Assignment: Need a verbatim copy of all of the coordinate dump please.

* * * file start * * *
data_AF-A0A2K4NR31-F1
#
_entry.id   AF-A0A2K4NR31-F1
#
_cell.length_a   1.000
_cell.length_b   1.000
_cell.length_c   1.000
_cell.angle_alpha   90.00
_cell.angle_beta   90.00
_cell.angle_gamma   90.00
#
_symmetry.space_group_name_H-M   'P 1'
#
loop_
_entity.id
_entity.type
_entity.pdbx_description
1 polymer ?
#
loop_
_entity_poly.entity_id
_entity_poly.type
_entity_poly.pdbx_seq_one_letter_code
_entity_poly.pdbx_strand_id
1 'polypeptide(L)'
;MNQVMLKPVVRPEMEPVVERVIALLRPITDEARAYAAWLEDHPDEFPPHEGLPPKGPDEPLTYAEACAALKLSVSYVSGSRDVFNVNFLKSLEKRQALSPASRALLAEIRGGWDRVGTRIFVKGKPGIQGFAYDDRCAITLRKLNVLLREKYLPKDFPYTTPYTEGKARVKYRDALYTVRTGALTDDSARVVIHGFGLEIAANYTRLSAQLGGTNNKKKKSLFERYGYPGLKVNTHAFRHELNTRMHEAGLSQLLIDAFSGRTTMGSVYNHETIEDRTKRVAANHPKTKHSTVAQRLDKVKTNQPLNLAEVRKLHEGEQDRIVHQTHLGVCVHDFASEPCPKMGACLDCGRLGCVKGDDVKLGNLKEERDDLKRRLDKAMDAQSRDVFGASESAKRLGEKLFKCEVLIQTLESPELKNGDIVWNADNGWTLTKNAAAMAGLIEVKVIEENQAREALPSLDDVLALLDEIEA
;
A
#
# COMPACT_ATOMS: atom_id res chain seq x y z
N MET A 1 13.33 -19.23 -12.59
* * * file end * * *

data_AF-A0A2K4NR31-F1
#
_entry.id   AF-A0A2K4NR31-F1
#
_cell.length_a   1.000
_cell.length_b   1.000
_cell.length_c   1.000
_cell.angle_alpha   90.00
_cell.angle_beta   90.00
_cell.angle_gamma   90.00
#
_symmetry.space_group_name_H-M   'P 1'
#
loop_
_entity.id
_entity.type
_entity.pdbx_description
1 polymer ?
#
loop_
_entity_poly.entity_id
_entity_poly.type
_entity_poly.pdbx_seq_one_letter_code
_entity_poly.pdbx_strand_id
1 'polypeptide(L)'
;MNQVMLKPVVRPEMEPVVERVIALLRPITDEARAYAAWLEDHPDEFPPHEGLPPKGPDEPLTYAEACAALKLSVSYVSGSRDVFNVNFLKSLEKRQALSPASRALLAEIRGGWDRVGTRIFVKGKPGIQGFAYDDRCAITLRKLNVLLREKYLPKDFPYTTPYTEGKARVKYRDALYTVRTGALTDDSARVVIHGFGLEIAANYTRLSAQLGGTNNKKKKSLFERYGYPGLKVNTHAFRHELNTRMHEAGLSQLLIDAFSGRTTMGSVYNHETIEDRTKRVAANHPKTKHSTVAQRLDKVKTNQPLNLAEVRKLHEGEQDRIVHQTHLGVCVHDFASEPCPKMGACLDCGRLGCVKGDDVKLGNLKEERDDLKRRLDKAMDAQSRDVFGASESAKRLGEKLFKCEVLIQTLESPELKNGDIVWNADNGWTLTKNAAAMAGLIEVKVIEENQAREALPSLDDVLALLDEIEA
;
A
#
# COMPACT_ATOMS: atom_id res chain seq x y z
N MET A 1 13.33 -19.23 -12.59